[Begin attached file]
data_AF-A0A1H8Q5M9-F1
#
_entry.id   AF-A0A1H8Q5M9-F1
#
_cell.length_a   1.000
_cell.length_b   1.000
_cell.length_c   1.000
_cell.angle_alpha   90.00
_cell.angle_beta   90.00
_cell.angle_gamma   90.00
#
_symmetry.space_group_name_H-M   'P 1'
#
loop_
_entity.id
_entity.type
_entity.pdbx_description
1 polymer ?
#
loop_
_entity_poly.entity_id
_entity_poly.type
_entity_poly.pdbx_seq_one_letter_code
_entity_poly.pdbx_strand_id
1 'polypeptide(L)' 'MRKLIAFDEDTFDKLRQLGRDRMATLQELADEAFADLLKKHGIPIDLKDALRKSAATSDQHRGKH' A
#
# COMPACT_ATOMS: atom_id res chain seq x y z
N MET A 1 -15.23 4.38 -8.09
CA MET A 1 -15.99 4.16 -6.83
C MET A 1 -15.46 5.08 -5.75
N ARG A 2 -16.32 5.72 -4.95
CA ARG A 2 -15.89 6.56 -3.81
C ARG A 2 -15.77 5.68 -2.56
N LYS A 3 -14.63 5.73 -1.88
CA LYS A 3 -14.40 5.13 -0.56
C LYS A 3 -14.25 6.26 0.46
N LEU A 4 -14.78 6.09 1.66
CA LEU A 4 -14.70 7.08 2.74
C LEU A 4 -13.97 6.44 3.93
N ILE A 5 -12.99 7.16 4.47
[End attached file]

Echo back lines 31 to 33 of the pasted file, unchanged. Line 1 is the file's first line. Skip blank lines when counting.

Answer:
N ARG A 2 -16.32 5.72 -4.95
CA ARG A 2 -15.89 6.56 -3.81
C ARG A 2 -15.77 5.68 -2.56